In a library we are surrounded by many hundreds of dear friends imprisoned by an enchanter in paper and leathern boxes.
-Emerson, “Books,” Society and Solitude

I will bury myself in my books and the devil may pipe to his own.

Words! Words! Words!

In this book he provides reviews of the writing of Daniel Defoe, Nathaniel Hawthorne, Sir Thomas Browne, Horace Walpole and Sir Walter Scott.
Sir Leslie was also the editor of the landmark publication Dictionary of National Biography. This landmark publication, first published, in 1885 was a  biographical reference for deceased persons notable in British history.  This type of publication was essential for researchers in the era before the Internet, and is still very important today!

Pictured, Sir Leslie Stephen with his daughter Virginia Woolf, courtesy of the Virginia Woolf blog, University of Virginia.

Year 13

1900: The Wonderful Wizard of Oz

Author: L. Frank Baum

Find it in Collins Library!

Baum set out to write a fairy tale for children that was specifically American, not European.  His work became popular immediately and the characters, tropes and phrases that he created remain recognizable to most Americans today, even if they have not read the book.  Munchkins, the Tin Man, Scarecrow, and the Yellow Brick Road continue to form part of our common cultural vocabulary.

To learn more about this great book and author, visit the Library of Congress exhibit on Oz.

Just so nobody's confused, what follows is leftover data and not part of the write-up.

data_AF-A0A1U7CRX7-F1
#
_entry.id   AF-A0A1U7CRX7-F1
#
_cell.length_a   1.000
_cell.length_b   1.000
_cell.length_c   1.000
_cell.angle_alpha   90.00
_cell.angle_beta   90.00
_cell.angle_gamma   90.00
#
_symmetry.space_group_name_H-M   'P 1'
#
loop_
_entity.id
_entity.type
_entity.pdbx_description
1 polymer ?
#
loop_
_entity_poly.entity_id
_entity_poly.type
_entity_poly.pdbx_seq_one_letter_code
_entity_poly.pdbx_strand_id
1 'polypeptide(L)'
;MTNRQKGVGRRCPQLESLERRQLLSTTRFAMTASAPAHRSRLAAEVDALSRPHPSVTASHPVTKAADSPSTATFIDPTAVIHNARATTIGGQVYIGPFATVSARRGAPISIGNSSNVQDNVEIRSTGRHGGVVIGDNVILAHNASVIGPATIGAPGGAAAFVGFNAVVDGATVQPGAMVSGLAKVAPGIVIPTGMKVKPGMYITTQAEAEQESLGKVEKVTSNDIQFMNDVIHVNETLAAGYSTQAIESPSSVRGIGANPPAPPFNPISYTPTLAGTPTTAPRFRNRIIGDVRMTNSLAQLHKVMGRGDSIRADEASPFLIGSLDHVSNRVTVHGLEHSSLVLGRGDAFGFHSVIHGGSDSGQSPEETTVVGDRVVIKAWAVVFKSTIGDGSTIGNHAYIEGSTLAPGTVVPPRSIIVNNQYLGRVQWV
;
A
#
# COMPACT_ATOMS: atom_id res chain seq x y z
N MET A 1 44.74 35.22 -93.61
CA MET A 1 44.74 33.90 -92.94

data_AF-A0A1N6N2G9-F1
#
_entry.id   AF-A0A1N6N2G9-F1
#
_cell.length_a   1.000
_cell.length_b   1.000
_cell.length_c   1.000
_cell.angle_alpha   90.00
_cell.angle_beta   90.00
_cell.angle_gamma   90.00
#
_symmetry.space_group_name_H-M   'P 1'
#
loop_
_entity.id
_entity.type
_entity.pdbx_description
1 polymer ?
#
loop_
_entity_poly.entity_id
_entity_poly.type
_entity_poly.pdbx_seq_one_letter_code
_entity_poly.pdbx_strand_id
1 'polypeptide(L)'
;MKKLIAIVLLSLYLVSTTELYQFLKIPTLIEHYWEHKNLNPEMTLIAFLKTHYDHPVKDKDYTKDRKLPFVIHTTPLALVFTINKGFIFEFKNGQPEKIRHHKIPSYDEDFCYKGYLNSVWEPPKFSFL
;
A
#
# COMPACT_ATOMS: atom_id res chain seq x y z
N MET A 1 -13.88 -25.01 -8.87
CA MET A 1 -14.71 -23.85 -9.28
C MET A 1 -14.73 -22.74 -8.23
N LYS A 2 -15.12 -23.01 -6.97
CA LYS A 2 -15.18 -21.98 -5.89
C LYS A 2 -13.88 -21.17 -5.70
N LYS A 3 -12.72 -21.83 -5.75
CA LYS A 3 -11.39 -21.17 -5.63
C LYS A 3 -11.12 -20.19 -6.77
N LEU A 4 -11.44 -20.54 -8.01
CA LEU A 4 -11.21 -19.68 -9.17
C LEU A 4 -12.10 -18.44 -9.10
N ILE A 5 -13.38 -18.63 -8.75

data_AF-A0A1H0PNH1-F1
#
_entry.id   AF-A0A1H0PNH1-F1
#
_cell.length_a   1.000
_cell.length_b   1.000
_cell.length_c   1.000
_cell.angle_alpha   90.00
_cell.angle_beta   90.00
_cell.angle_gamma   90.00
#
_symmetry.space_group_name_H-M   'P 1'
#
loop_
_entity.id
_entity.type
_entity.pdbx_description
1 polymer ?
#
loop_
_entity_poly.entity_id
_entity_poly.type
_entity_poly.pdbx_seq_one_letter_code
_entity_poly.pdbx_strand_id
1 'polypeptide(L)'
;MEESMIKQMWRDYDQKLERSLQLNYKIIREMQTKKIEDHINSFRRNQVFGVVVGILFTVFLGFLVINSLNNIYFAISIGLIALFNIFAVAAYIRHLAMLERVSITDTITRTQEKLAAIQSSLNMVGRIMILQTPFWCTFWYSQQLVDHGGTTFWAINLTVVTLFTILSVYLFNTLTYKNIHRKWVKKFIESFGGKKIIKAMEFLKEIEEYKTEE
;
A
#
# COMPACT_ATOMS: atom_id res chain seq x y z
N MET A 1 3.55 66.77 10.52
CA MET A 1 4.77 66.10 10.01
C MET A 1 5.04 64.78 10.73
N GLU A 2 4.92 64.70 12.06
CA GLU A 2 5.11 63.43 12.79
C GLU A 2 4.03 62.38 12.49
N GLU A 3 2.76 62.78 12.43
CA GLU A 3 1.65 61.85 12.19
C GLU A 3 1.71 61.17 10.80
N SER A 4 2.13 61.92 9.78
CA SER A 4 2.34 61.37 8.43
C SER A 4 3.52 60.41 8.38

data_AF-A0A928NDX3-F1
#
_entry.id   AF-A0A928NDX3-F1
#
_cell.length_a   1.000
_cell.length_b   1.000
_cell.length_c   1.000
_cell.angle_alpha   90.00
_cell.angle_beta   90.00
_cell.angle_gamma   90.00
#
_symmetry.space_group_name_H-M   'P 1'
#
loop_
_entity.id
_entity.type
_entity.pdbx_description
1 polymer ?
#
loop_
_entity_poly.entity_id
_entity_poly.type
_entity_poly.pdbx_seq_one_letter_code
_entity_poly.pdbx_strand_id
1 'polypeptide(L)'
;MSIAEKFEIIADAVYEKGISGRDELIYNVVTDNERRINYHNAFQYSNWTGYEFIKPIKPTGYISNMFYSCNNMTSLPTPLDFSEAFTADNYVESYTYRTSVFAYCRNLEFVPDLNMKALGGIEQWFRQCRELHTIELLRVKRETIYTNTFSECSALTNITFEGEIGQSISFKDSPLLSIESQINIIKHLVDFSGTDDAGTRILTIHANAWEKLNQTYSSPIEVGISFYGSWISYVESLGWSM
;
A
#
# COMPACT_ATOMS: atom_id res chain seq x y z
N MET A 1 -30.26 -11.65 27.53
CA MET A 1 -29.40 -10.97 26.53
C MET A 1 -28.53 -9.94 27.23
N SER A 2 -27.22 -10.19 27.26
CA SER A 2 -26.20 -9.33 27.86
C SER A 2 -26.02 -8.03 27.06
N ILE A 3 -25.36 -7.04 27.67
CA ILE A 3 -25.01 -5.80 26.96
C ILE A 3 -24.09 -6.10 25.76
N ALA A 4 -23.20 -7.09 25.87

“The Tin Man.”
Poster for Fred R. Hamlin’s Musical Extravaganza,
The Wizard of Oz.
Cincinnati and New York:
U.S. Lithograph Company,
Russell Morgan Print, 1903.
Prints and Photographs Division (28)

Image from:

Year 14

1901: Harriet Tubman, the Moses of Her People

Author/Editor: Sarah Bradford

Find it in Collins Library!

Harriet, the Moses of her People is a biography of Harriet Tubman, the abolitionist and prominent figure in the Underground Railroad and the Civil War. This work was privately funded by the author, Sarah H. Bradford, and the proceeds went directly to Tubman. While Bradford has been said to use some poetic license in depicting Tubman’s strength, cleverness, and other characteristics, this work has been celebrated as a vivid description of the life of Harriet Tubman, and a primary source showing how she was represented in the years after the repeal of slavery.

Year 15

1902: The Hound of Baskervilles

Editor/Author: Sir Arthur Conan Doyle

Find it in Collins Library!

After having killed off the popular detective Sherlock Holmes and effectively ending the series, The Hound of the Baskervilles marks Sir Arthur Conan Doyle’s return to the Holmes storyline. The story follows the characteristic Sherlock Holmes crime pattern, introducing several mysterious characters and seemingly ambiguous clues that Holmes, using his powers of observation and deduction, unravels to come to a dramatic conclusion.

Baskervilles is arguably Doyle’s most literary work. It is also one of the most well-known Sherlock Holmes mysteries, undoubtedly due to its many iterations on radio, television, and movies. One needs to think only of the Scooby Doo cartoons to see the influence of the Sherlock Holmes method of deductive reasoning based on a series of clues and the use of a monster to scare away those “pesky kids” who would try to solve the mystery!

Year 16

1903: History of Egypt

Author/Editor: G. Maspero

Find it in Collins Library!